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Michigan no-fault insurance testimony before large crowd

An overflow crowd at the House hearing.
Chelsea Hagger
Michigan Public Radio Network
An overflow crowd at the House hearing.

Advocates hoping to keep the Michigan No Fault Personal Injury Protection auto insurance told members of the Michigan House of Representatives Insurance Committee that it would be a mistake to change the law. 

The hearing was packed with an overflow crowd spilling into other rooms to watch the proceedings on TVs. 

The proposal would allow car owners to buy lower levels of Personal Injury Protection in an effort to lower insurance costs. The insurance industry estimates it might save auto owners 15% if they choose less coverage.  However, nothing in the legislation guarantees any savings would result in lower insurance premiums.  There are also provisions to exempt insurance companies and their agents from lawsuits if they sell too little coverage to auto owners, as well as a controversial measure to keep voters from reversing the legislation if it passes.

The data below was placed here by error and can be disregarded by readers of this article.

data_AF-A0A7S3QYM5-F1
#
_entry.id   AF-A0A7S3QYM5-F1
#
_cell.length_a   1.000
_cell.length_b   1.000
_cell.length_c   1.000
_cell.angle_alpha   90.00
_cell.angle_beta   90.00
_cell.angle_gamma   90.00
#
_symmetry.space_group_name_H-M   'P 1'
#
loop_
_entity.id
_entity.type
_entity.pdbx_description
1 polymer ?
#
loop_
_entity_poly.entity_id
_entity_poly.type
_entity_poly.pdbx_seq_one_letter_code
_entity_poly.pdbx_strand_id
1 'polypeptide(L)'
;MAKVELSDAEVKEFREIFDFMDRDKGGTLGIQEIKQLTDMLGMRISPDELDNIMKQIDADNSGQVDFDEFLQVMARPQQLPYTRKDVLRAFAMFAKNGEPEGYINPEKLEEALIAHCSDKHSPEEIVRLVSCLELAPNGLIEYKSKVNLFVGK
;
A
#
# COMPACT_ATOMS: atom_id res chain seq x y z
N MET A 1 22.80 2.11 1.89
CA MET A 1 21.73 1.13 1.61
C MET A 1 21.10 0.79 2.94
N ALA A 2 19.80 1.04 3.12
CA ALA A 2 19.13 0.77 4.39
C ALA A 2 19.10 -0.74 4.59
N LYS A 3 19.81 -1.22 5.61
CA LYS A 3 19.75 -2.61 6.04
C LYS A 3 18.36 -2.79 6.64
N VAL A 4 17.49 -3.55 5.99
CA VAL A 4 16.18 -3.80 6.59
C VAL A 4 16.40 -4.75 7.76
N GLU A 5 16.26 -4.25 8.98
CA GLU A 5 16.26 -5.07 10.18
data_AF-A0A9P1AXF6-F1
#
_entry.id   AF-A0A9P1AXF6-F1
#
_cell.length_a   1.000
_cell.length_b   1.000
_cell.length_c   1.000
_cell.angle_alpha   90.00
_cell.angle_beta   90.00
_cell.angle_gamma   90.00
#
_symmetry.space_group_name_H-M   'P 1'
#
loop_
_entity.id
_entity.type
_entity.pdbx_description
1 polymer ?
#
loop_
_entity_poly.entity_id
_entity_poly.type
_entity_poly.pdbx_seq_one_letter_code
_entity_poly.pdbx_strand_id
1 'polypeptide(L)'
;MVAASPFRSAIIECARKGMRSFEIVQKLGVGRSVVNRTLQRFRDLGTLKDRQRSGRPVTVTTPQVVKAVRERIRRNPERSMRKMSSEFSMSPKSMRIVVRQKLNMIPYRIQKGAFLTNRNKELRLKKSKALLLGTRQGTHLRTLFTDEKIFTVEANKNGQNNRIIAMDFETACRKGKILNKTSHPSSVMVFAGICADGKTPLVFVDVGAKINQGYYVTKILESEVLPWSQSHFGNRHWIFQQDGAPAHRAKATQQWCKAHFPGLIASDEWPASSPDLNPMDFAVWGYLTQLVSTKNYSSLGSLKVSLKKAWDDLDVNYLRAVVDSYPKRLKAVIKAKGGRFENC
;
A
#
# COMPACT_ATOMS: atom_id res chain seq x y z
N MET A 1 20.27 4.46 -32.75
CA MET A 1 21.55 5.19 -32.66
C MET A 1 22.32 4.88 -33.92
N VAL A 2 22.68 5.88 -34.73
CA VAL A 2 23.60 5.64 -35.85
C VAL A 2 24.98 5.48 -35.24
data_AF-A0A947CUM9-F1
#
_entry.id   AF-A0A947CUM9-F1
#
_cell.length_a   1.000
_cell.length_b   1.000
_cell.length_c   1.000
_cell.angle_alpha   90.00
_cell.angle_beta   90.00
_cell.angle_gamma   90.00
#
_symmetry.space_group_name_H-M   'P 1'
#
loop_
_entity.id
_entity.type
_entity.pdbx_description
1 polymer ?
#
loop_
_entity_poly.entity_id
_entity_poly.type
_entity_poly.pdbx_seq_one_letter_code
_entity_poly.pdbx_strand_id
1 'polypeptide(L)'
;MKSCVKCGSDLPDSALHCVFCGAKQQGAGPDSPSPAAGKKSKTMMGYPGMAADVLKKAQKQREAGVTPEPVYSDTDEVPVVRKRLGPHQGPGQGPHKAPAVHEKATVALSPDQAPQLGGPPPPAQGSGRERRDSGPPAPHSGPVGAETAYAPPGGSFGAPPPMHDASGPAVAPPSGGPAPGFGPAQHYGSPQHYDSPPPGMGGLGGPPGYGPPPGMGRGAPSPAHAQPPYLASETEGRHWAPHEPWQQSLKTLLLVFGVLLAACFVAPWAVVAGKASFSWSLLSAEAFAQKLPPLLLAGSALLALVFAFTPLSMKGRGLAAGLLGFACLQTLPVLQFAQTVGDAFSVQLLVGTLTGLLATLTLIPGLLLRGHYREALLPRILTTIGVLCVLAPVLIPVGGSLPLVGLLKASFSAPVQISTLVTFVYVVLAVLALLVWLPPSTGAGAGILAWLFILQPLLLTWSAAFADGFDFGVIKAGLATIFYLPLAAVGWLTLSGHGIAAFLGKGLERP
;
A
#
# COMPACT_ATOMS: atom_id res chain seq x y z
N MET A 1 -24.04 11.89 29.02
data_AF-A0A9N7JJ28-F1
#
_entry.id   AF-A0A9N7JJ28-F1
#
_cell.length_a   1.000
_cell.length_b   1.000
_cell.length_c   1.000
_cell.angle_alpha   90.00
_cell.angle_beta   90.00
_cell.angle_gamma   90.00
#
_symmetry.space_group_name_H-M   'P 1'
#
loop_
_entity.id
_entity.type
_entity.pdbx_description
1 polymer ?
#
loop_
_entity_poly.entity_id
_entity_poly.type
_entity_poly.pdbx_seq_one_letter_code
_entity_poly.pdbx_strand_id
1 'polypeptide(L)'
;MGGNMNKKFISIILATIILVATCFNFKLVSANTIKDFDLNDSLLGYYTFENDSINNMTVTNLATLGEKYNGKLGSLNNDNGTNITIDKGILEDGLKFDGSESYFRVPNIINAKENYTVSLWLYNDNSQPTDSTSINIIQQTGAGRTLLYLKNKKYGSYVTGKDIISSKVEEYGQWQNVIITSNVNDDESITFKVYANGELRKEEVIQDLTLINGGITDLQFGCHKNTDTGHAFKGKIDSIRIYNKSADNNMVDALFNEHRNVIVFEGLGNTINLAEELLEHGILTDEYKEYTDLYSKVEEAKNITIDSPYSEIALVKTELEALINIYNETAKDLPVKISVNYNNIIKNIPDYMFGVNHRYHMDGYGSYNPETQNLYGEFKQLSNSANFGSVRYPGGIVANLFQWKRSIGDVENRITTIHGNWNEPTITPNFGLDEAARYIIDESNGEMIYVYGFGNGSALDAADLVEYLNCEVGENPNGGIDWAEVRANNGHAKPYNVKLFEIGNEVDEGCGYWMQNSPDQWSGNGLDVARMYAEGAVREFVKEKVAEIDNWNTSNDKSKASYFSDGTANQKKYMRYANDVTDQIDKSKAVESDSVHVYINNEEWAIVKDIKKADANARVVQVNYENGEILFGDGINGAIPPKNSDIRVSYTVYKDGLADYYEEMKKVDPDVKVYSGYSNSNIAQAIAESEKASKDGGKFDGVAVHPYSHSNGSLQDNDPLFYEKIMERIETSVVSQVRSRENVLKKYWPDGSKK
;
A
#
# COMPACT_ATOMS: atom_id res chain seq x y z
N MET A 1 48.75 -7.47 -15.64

Advocates of keeping the law as it is now outlined the disadvantages of changing the law,  and insisted it would cost Michigan auto owners more in the long run.  The advocates say if drivers bought the lesser coverage, other auto owners would have to buy more expensive liability insurance and pay more for their own Personal Injury Protection to be as well protected as they are now. 

One advocate suggested implementing government "price controls" on medical care, which are included in the bill, would only result in higher costs in health care insurance for everyone else.

Former Republican legislator Jim Howell seemingly lectured the House panel about the trappings of voting to change the No Fault Personal Injury Protection.  He says the insurance industry's claims that the insurance is unsustainable are the same claims made by the industry 20 years ago.

Further testimony will be held this afternoon and again on Thursday.

Lester Graham reports for The Environment Report. He has reported on public policy, politics, and issues regarding race and gender inequity. He was previously with The Environment Report at Michigan Public from 1998-2010.
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